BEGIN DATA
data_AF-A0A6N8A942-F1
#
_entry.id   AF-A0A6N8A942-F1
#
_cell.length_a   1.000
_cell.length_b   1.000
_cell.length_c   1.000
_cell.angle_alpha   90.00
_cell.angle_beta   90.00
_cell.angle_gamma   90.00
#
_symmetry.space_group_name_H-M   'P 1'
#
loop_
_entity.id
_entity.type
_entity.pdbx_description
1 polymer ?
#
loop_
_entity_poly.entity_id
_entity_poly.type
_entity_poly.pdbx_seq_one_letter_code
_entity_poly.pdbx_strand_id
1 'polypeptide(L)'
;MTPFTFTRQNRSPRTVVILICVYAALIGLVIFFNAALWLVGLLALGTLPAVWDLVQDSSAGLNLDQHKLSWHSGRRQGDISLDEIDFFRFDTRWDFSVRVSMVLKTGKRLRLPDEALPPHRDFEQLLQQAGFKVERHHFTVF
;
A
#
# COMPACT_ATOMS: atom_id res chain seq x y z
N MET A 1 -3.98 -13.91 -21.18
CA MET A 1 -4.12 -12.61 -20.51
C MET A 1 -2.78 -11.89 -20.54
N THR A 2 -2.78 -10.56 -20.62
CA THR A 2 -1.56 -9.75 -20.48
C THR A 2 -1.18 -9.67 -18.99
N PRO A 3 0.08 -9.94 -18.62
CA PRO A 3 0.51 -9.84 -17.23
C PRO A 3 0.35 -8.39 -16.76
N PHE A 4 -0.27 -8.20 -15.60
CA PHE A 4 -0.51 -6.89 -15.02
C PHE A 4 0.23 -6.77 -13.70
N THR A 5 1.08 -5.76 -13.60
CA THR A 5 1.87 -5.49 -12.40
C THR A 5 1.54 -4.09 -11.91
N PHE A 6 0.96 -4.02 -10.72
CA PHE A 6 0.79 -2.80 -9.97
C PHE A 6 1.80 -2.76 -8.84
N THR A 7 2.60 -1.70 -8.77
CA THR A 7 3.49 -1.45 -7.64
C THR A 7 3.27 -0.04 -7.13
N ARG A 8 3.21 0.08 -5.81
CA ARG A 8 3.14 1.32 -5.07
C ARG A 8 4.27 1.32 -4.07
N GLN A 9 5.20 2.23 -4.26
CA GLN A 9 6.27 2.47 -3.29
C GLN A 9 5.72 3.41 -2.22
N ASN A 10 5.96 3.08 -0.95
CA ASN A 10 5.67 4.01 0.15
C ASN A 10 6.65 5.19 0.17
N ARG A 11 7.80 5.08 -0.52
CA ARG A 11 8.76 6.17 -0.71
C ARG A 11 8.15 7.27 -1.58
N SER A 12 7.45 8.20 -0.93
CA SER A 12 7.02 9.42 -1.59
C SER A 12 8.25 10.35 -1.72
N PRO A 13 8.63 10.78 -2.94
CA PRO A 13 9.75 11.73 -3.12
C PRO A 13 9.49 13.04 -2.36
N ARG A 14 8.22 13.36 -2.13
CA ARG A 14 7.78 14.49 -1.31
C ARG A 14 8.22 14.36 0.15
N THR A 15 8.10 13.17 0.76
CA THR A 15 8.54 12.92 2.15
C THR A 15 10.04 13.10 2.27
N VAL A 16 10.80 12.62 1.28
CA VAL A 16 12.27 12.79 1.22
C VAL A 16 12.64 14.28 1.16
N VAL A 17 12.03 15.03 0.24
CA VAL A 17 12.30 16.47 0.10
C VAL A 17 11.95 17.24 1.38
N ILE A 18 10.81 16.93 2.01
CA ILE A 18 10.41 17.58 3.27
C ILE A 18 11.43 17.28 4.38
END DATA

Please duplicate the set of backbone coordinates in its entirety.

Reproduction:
data_AF-A0A6N8A942-F1
#
_entry.id   AF-A0A6N8A942-F1
#
_cell.length_a   1.000
_cell.length_b   1.000
_cell.length_c   1.000
_cell.angle_alpha   90.00
_cell.angle_beta   90.00
_cell.angle_gamma   90.00
#
_symmetry.space_group_name_H-M   'P 1'
#
loop_
_entity.id
_entity.type
_entity.pdbx_description
1 polymer ?
#
loop_
_entity_poly.entity_id
_entity_poly.type
_entity_poly.pdbx_seq_one_letter_code
_entity_poly.pdbx_strand_id
1 'polypeptide(L)'
;MTPFTFTRQNRSPRTVVILICVYAALIGLVIFFNAALWLVGLLALGTLPAVWDLVQDSSAGLNLDQHKLSWHSGRRQGDISLDEIDFFRFDTRWDFSVRVSMVLKTGKRLRLPDEALPPHRDFEQLLQQAGFKVERHHFTVF
;
A
#
# COMPACT_ATOMS: atom_id res chain seq x y z
N MET A 1 -3.98 -13.91 -21.18
CA MET A 1 -4.12 -12.61 -20.51
C MET A 1 -2.78 -11.89 -20.54
N THR A 2 -2.78 -10.56 -20.62
CA THR A 2 -1.56 -9.75 -20.48
C THR A 2 -1.18 -9.67 -18.99
N PRO A 3 0.08 -9.94 -18.62
CA PRO A 3 0.51 -9.84 -17.23
C PRO A 3 0.35 -8.39 -16.76
N PHE A 4 -0.27 -8.20 -15.60
CA PHE A 4 -0.51 -6.89 -15.02
C PHE A 4 0.23 -6.77 -13.70
N THR A 5 1.08 -5.76 -13.60
CA THR A 5 1.87 -5.49 -12.40
C THR A 5 1.54 -4.09 -11.91
N PHE A 6 0.96 -4.02 -10.72
CA PHE A 6 0.79 -2.80 -9.97
C PHE A 6 1.80 -2.76 -8.84
N THR A 7 2.60 -1.70 -8.77
CA THR A 7 3.49 -1.45 -7.64
C THR A 7 3.27 -0.04 -7.13
N ARG A 8 3.21 0.08 -5.81
CA ARG A 8 3.14 1.32 -5.07
C ARG A 8 4.27 1.32 -4.07
N GLN A 9 5.20 2.23 -4.26
CA GLN A 9 6.27 2.47 -3.29
C GLN A 9 5.72 3.41 -2.22
N ASN A 10 5.96 3.08 -0.95
CA ASN A 10 5.67 4.01 0.15
C ASN A 10 6.65 5.19 0.17
N ARG A 11 7.80 5.08 -0.52
CA ARG A 11 8.76 6.17 -0.71
C ARG A 11 8.15 7.27 -1.58
N SER A 12 7.45 8.20 -0.93
CA SER A 12 7.02 9.42 -1.59
C SER A 12 8.25 10.35 -1.72
N PRO A 13 8.63 10.78 -2.94
CA PRO A 13 9.75 11.73 -3.12
C PRO A 13 9.49 13.04 -2.36
N ARG A 14 8.22 13.36 -2.13
CA ARG A 14 7.78 14.49 -1.31
C ARG A 14 8.22 14.36 0.15
N THR A 15 8.10 13.17 0.76
CA THR A 15 8.54 12.92 2.15
C THR A 15 10.04 13.10 2.27
N VAL A 16 10.80 12.62 1.28
CA VAL A 16 12.27 12.79 1.22
C VAL A 16 12.64 14.28 1.16
N VAL A 17 12.03 15.03 0.24
CA VAL A 17 12.30 16.47 0.10
C VAL A 17 11.95 17.24 1.38
N ILE A 18 10.81 16.93 2.01
CA ILE A 18 10.41 17.58 3.27
C ILE A 18 11.43 17.28 4.38